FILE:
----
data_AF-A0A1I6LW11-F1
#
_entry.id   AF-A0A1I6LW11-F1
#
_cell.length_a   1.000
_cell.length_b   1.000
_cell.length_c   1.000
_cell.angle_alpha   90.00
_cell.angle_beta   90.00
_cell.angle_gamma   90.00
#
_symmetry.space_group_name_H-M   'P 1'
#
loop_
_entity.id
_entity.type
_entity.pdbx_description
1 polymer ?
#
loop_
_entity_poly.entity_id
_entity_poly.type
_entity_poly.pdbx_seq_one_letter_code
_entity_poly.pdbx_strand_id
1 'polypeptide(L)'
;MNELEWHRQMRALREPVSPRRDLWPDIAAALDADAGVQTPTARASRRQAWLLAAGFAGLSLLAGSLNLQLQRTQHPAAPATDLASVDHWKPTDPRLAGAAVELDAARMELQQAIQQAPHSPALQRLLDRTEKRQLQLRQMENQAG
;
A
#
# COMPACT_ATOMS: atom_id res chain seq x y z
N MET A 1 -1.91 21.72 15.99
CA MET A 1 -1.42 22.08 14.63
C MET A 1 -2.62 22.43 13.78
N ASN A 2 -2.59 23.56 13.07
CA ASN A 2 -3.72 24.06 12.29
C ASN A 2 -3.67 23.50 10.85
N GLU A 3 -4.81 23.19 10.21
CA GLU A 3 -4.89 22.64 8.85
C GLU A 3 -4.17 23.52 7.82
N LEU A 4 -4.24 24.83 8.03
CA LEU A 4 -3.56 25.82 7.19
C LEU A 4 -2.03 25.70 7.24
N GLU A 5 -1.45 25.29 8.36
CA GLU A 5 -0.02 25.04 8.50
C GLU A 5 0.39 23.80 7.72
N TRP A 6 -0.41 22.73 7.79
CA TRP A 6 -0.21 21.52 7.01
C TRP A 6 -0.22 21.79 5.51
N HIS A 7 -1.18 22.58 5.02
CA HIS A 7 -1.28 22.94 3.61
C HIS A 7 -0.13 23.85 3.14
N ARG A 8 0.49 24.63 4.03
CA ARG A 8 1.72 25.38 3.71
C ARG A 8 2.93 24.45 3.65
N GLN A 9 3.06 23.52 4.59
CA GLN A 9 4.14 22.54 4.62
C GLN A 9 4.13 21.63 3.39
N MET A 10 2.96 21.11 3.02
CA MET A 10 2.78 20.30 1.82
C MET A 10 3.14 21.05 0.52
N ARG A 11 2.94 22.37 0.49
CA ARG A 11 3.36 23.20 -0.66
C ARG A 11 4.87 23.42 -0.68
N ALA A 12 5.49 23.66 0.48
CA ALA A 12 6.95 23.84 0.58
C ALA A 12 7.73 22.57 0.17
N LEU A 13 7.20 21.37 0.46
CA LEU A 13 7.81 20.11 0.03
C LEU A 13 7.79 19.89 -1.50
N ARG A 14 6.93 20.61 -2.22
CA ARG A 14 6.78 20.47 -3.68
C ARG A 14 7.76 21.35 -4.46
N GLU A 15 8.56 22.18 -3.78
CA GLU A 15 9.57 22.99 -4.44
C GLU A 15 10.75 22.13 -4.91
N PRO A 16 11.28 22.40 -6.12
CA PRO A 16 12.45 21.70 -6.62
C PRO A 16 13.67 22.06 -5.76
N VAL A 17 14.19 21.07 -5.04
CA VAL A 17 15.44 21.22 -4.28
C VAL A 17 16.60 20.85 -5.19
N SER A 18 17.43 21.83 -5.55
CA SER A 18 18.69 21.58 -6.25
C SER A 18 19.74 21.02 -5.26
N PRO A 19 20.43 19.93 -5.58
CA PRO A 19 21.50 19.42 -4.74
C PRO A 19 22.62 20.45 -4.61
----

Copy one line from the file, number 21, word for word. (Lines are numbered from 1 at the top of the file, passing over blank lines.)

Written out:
_entity_poly.entity_id